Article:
From Creative Destruction to Intelligent Design: Antecedents and Normative Elements of an Agnostic Framework for Aspiring Transformational Firms

From Creative Destruction to Intelligent Design: Antecedents and Normative Elements of an Agnostic Framework for Aspiring Transformational Firms

Jonatan Jelen (Parsons The New School for Design, New York, NY, USA)
DOI: 10.4018/ijpmat.2014010102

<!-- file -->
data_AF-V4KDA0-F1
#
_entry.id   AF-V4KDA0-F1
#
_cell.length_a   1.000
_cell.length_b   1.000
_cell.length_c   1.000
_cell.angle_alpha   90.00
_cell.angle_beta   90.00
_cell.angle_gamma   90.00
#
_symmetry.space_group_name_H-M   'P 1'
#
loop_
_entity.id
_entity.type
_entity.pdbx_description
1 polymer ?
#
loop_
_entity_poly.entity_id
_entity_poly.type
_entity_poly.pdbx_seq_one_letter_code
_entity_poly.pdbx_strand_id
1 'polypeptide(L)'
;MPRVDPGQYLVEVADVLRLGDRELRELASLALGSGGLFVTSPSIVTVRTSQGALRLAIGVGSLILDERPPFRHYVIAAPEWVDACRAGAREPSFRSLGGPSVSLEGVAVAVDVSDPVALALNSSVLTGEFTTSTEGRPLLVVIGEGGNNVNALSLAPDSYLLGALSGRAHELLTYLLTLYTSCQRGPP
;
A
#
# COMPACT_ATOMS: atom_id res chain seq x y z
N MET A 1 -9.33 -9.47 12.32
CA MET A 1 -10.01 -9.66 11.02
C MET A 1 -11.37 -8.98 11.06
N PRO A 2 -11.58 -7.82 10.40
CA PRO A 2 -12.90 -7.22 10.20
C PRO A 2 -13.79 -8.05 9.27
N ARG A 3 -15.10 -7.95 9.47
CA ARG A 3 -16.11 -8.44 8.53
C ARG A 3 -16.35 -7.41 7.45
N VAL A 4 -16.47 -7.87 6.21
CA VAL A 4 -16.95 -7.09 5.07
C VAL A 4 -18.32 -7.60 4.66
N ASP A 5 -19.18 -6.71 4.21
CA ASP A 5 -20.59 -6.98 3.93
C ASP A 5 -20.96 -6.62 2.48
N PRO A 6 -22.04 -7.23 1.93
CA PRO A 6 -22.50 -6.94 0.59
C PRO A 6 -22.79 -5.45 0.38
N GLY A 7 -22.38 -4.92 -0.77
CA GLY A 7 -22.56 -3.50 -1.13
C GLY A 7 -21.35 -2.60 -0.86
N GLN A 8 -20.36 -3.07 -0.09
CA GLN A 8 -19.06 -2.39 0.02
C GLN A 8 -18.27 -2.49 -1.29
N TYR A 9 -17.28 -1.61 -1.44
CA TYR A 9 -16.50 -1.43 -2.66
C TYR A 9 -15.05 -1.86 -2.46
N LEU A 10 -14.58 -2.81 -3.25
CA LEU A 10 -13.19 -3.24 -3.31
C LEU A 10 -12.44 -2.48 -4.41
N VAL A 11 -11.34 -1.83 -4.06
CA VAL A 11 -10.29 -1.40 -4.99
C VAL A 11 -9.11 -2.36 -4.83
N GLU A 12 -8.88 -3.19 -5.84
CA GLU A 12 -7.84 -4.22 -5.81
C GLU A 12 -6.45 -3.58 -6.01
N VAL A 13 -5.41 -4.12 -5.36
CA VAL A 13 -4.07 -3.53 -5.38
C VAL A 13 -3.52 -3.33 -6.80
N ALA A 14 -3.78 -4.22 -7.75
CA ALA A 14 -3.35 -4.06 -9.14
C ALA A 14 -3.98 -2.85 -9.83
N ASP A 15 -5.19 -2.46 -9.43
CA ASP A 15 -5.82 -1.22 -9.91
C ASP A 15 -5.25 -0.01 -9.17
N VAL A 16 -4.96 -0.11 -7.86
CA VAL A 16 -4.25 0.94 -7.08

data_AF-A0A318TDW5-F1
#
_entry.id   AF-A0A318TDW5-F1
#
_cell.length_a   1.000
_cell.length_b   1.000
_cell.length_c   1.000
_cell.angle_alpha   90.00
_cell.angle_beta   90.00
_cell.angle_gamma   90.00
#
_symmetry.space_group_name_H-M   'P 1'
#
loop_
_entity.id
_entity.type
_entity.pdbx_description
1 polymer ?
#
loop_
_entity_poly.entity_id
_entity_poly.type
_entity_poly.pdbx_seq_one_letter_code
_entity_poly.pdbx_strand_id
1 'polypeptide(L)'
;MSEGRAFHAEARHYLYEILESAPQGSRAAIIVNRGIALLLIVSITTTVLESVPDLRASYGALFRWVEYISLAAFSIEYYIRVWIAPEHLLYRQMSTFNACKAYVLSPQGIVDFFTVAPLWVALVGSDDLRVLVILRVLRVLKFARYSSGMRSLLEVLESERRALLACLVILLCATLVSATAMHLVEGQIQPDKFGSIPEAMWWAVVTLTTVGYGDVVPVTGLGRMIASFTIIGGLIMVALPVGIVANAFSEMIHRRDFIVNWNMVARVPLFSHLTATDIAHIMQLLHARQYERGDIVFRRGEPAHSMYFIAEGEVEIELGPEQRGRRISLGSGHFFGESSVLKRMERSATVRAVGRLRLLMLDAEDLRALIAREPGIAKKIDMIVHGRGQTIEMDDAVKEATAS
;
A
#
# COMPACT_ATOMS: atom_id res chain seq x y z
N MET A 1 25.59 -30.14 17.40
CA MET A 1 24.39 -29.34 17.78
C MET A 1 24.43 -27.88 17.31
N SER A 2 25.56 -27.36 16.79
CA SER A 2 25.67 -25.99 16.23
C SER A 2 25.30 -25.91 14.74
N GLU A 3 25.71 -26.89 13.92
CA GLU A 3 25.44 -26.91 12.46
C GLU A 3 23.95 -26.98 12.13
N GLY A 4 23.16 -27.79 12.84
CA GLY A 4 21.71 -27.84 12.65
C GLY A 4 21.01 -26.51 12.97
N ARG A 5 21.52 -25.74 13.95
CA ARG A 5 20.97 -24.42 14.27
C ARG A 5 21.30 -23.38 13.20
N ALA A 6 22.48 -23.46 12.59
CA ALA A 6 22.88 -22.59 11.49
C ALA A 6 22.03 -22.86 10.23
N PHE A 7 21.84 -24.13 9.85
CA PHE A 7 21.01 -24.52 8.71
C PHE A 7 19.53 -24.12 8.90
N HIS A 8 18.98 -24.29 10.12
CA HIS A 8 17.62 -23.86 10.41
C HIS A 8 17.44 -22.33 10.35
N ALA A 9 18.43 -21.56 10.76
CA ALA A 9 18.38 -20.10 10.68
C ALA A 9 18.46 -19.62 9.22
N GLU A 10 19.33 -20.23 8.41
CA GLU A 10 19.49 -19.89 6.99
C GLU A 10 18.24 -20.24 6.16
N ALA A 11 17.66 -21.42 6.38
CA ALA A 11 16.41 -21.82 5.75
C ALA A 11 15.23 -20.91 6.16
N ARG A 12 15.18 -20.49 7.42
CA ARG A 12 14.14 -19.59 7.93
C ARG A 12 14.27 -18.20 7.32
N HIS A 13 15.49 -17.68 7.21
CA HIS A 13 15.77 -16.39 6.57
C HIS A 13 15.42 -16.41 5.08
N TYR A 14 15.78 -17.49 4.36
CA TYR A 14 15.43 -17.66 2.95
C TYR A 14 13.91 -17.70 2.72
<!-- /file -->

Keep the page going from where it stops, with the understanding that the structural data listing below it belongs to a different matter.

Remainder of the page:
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When the late Steve Jobs prominently adopted Wayne Gretzky’s slogan wanting to “skate where the puck will go, not to where it has been”, it sounded simply as a pragmatic response to the limitations of chasing the elusive ‘environmental fit’ (for the notion of strategy as a fit with the environment, see Porter, 1996, 1998). Yet, it prefigured a truly paradigmatic leap. With information technology becoming the dominant technology of the day, firms are no longer confined to either being simply part of the problem, part of the solution or part of the landscape. They now can quickly capture and move the entire landscape; but even more importantly, they can become an entire landscape in their own right. Firms need no longer be mired in perpetual reform efforts, endlessly defining, designing, and developing themselves form the inside out as transactional systems, configuring dimensions of strategy, structure, scale, and scope hopelessly imperfectly given environmental turbulence, technological transience, and socio-politico-economic complexity, and perpetually, almost wastefully tuning their internal synergies to merely becoming incrementally agile and increasingly nimble. The commonality among the recently quickly emerging complex information technology-intensive firms that are breaking the mold, especially represented by the social-media movement, is their deliberate and explicit social positioning. These firms are demonstrating a level of creative intelligence that allows them to aspire to, design, and construct, in their entirety, the very environments into which they want to project themselves. To enable and to leverage this new transformational nature they cultivate and nurture two additional dimensions that define such social positioning: scheme and soul. Scheme represents their agenda for social stance, positioning, action, and change. And soul is their intentionality to go beyond economic rationality and business logic in order to create logos from chaos. But while people may have overcome the controversy of creating social outcomes with economic means, one now has the mandate to design and govern how one creates economic outcomes with social means.